High Court rejects petitions for state inquiry into ‘Submarine Affair’

Justices say there was ‘improper and worrying conduct’ in corruption case that has ensnared Netanyahu’s close associates, but stop short of ordering a probe

A man rides in a mock submarine during a protest against Prime Minister Benjamin Netanyahu in Tel Aviv, Israel, Wednesday, on October 14, 2020. (AP/Oded Balilty)
A man rides in a mock submarine during a protest against Prime Minister Benjamin Netanyahu in Tel Aviv, Israel, Wednesday, on October 14, 2020. (AP/Oded Balilty)

The High Court of Justice ruled on Thursday against three petitions that demanded the establishment of a state commission of inquiry into the so-called “Submarine Affair,” a massive corruption case that has ensnared a number of close associates of Benjamin Netnayahu, though not the former prime minister himself.

The justices noted that there was “improper and worrying conduct” in the case that deserves further investigation, but stopped short of ordering a government inquiry.

The submarine affair, also known as Case 3000, revolves around allegations of a massive bribery scheme in Israel’s multi-billion shekel purchase of naval vessels from German shipbuilder Thyssenkrupp.

The scandal also involved the sale of two Dolphin-class submarines and two anti-submarine warships by Germany to Egypt, allegedly approved by Netanyahu without consulting or notifying then-defense minister Moshe Ya’alon and then-IDF chief of staff Benny Gantz. Israel had long been granted an unofficial veto over such sales by Germany.

While several of Netanyahu’s close associates have been indicted in the case, which involves suspicions Israeli officials were bribed to ensure Thyssenkrupp won the contract, the former premier has not been directly implicated and the attorney general has said he is not a suspect.

Responding to Thursday’s High Court decision, now-Defense Minister Gantz said its “criticism of the shortcomings in the process of purchasing the submarines and vessels, and the situation in which the IDF and the defense establishment were pushed aside in the decision-making process, require an in-depth examination of the issue.”

He said he will “continue to lead, together with my government partners, the establishment of a state commission of inquiry soon.”

Opposition Leader Benjamin Netanyahu during a Knesset plenum discussion on the Palestinian family reunification law, in Jerusalem, on July 6, 2021. (Yonatan Sindel/Flash90)

Last week, Gantz and Justice Minister Gideon Sa’ar agreed to hold discussions on the potential of setting up a state inquiry into the affair, something Gantz has pushed for, despite opposition within the government.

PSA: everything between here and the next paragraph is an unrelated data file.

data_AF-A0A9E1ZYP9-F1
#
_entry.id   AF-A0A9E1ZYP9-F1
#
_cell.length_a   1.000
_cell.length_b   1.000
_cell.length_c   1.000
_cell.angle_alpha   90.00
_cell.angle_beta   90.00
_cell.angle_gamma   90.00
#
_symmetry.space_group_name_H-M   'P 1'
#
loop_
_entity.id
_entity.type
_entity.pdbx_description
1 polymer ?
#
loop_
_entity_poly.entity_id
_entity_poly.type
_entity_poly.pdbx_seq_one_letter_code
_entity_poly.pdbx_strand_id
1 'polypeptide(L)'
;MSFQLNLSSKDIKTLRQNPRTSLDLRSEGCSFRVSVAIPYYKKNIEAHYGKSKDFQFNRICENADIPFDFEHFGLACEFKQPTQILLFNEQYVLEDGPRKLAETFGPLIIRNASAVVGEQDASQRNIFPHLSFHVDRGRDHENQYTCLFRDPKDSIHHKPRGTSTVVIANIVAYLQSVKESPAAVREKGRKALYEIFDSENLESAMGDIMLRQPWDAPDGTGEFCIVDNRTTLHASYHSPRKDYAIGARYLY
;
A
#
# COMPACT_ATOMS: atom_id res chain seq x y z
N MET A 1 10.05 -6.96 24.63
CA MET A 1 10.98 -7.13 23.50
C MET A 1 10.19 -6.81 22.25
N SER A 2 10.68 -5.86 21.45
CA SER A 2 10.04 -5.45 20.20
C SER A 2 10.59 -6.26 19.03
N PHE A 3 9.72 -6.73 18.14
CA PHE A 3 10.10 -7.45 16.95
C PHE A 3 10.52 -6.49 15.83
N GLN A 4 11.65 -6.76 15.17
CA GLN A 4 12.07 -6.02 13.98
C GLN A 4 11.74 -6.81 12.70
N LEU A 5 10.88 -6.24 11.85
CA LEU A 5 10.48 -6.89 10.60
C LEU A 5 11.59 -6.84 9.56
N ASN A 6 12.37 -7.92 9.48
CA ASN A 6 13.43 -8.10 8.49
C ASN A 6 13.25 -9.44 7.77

The decision was seen as a rapprochement of sorts after the two engaged in a brief public spat over the issue last month, after Gantz announced his intention to have the government form an inquiry commission, reportedly without coordinating the matter with Sa’ar or Prime Minister Naftali Bennett.

Netanyahu, who was accused by former defense minister Ya’alon of having led the alleged improper effort to buy the submarines from Thyssenkrupp, has previously blocked a number of efforts to form a parliamentary commission of inquiry.

Last year, Gantz announced that his ministry was launching an internal investigation of the scandal, a move that did not require external approval. However, the probe quickly fell apart, as the attorney general voiced concerns that it would interfere with his own criminal inquiry, which resulted in a number of indictments last month.

The state commission of inquiry that Gantz is proposing would have the power to subpoena witnesses, forcing them to appear for questioning — which his previous ministerial probe could not do.

In May, prosecutors filed indictments for bribery, money laundering and tax offenses at the Tel Aviv District Court Monday against Miki Ganor, who was the local agent for Thyssenkrupp. Avriel Bar-Yosef, once Netanyahu’s pick to be head of the Israel National Security Council, was indicted for bribery and breach of trust.

A June 19, 2018 photo of an Israeli Navy submarine being outfitted with a new smart torpedo system. (IDF Spokesperson’s Unit)

In addition, indictments for bribery, money laundering and breach of trust were filed against Netanyahu’s former chief of staff David Sharan; former chair of the fundraising organization Keron Hayesod (United Israel Appeal) Eliezer Sandberg; Brig. Gen. (res.) Shay Brosh, a former commander of the Israeli Navy’s commando unit; Rami Taib, a former political adviser to former Likud minister Yuval Steinitz; and media adviser Yitzhak Liber.

Alongside the indictments, cases were closed against David Shimron, cousin and former personal lawyer to Netanyahu, as well as former commander of the Israeli Navy Eliezer Marom, after prosecutors accepted their defenses at their respective pre-indictment hearings.

In October, the state prosecution told the High Court of Justice that it believed there was no justification to open a criminal probe into Netanyahu over the matter.

Netanyahu is already on trial for fraud and breach of trust in three other cases, and bribery in one of them. He denies any wrongdoing and claims to be a victim of an attempted political coup involving the police, prosecutors, left-wing opposition and the media.

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